Kobe Bryant reportedly to play for Virtus Bologna
Here's either a sign that at least part of the NBA season appears in jeopardy or that the timing could provide added leverage during negotiations. Lakers guard Kobe Bryant reportedly reached a verbal agreement to play with the Italian professional basketball team Virtus Bologna. Bryant will earn $3 million, reports the Associated Press, for the first 40 days of the Italian League season beginning Oct. 9. Meanwhile, the NBA has delayed the start of training camp and canceled 43 exhibition games through Oct. 15.
"Deal is done at 95%," Virtus Bologna owner Claudio Sabatini told Sportando.
Considering Bryant sparked unsuccessful courtships from teams in Turkey and China, skepticism remains understandable. Yahoo! Sports' Adrian Wojnarwoski reported via Twitter that "no agreement is imminent." Though the deal hasn't been finalized, the AP reports Bryant plans to get a work visa and return to Italy sometime next week to sign his contract. Meanwhile, Sports Illustrated's Sam Amick reports via Twitter that Bryant won't return from Italy in time to join LeBron James, Dwyane Wade, Carmelo Anthony and Kevin Durant at Friday's meeting in New York between the NBA owners and players' union.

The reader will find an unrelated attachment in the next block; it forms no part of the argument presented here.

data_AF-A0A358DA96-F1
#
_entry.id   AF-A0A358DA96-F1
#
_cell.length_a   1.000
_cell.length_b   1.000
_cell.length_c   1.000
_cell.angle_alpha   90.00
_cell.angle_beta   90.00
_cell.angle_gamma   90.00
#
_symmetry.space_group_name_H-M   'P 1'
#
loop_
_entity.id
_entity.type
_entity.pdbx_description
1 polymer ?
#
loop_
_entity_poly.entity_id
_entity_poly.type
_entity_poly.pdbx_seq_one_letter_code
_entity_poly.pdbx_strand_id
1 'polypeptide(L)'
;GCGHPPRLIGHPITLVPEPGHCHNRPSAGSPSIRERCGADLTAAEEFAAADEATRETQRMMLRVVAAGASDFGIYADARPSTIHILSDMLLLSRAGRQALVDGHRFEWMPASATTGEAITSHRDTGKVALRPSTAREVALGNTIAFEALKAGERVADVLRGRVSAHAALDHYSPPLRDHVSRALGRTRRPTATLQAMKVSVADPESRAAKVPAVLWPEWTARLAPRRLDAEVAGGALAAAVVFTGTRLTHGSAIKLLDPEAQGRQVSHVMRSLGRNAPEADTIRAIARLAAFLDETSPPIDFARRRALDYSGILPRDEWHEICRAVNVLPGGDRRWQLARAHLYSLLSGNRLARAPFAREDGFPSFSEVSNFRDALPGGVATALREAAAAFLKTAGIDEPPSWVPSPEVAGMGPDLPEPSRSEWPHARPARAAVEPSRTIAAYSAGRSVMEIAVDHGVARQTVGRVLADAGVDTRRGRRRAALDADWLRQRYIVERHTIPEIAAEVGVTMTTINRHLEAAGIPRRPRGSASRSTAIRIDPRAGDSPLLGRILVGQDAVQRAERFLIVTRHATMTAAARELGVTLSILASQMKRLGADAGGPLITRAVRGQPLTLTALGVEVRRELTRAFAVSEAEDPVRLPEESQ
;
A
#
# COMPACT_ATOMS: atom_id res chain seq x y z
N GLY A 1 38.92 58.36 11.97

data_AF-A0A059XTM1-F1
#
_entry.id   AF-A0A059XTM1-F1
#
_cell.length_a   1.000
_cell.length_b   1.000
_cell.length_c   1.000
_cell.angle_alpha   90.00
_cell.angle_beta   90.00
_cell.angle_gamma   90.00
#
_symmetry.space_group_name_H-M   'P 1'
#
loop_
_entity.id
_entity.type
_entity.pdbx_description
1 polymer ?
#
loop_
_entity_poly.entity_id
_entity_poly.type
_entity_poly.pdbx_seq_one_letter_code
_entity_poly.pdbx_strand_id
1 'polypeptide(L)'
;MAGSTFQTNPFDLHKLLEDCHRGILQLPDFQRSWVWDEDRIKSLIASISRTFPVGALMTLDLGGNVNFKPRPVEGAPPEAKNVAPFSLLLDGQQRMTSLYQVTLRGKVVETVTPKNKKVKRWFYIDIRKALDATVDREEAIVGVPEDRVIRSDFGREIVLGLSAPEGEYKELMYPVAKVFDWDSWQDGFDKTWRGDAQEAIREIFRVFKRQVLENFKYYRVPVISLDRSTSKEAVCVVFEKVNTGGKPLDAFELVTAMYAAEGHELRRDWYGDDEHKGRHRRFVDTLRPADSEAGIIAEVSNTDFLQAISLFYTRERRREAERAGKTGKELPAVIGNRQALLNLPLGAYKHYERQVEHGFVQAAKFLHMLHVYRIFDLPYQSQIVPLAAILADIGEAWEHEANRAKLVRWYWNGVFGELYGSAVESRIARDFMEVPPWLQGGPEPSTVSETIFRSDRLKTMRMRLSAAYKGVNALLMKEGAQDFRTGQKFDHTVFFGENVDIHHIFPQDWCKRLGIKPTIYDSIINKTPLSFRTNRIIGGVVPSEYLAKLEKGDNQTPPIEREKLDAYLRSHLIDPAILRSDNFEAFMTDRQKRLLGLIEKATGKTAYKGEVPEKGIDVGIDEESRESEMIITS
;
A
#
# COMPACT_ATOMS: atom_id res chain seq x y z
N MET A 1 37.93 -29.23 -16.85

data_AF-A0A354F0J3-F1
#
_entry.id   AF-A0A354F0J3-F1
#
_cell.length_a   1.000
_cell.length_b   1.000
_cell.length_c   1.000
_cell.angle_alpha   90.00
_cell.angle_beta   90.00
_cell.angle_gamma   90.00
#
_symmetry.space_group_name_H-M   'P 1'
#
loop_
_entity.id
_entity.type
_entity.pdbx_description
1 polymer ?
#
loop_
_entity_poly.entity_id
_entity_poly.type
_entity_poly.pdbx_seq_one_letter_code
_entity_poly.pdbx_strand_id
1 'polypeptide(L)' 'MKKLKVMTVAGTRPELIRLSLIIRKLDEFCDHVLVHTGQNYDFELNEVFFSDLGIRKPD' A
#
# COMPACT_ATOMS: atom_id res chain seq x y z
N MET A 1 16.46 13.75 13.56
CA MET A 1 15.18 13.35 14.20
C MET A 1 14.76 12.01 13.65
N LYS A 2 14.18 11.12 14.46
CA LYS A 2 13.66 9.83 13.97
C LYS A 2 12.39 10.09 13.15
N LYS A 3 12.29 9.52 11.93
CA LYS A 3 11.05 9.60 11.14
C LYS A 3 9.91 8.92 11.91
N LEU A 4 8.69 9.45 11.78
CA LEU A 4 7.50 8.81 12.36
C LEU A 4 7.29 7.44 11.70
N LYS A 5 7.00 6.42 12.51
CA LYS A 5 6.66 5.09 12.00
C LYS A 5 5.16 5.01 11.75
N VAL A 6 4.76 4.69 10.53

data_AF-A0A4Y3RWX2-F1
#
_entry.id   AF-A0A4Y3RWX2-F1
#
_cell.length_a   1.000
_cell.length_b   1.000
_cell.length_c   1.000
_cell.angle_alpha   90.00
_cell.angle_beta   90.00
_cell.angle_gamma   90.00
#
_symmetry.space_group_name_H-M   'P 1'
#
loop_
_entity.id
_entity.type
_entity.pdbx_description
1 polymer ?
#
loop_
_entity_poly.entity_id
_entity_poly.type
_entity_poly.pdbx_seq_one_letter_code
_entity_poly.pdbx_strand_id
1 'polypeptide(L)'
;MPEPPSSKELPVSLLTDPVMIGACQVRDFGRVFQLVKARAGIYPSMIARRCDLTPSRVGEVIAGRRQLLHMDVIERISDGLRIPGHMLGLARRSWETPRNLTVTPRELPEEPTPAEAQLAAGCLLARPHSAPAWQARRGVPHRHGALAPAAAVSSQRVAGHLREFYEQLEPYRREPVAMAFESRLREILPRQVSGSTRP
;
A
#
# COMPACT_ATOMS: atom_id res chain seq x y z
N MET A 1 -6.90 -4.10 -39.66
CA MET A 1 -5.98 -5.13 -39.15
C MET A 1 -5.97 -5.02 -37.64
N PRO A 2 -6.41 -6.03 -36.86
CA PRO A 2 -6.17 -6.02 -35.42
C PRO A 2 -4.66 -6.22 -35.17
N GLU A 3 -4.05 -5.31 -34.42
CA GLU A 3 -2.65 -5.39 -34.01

Even ardent Bryant supporters expressed concern about him playing overseas. He enters his 16th NBA season having played in 1,311 games and compiled 48,310 minutes. He's continually monitoring various injuries, including a surgically repaired right knee, sprained left ankle and arthritic right index finger. Bryant's scoring average last season (25.3 points) marked his lowest output since the 2003-04 season (24 ppg), while his 33.9 minutes a game reflected his lowest average since his second season in the NBA.
Still, it appears Bryant's revelation in Italy this week that it's "very possible" he'd play there served more than just marketing hype surrounding his Nike promotional appearances.
"Italy is my home," said Bryant, who has three years and $83.5 million left on his Lakers contract. "It's where my dream of playing in the NBA started. This is where I learned the fundamentals, learned to shoot, to pass and to [move] without the ball … all things that when I came back to America, the players my age didn't know how to do because they were only thinking about jumping and dunking."
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Photo credit: Wong Maye-E / Associated Press / September 17, 2011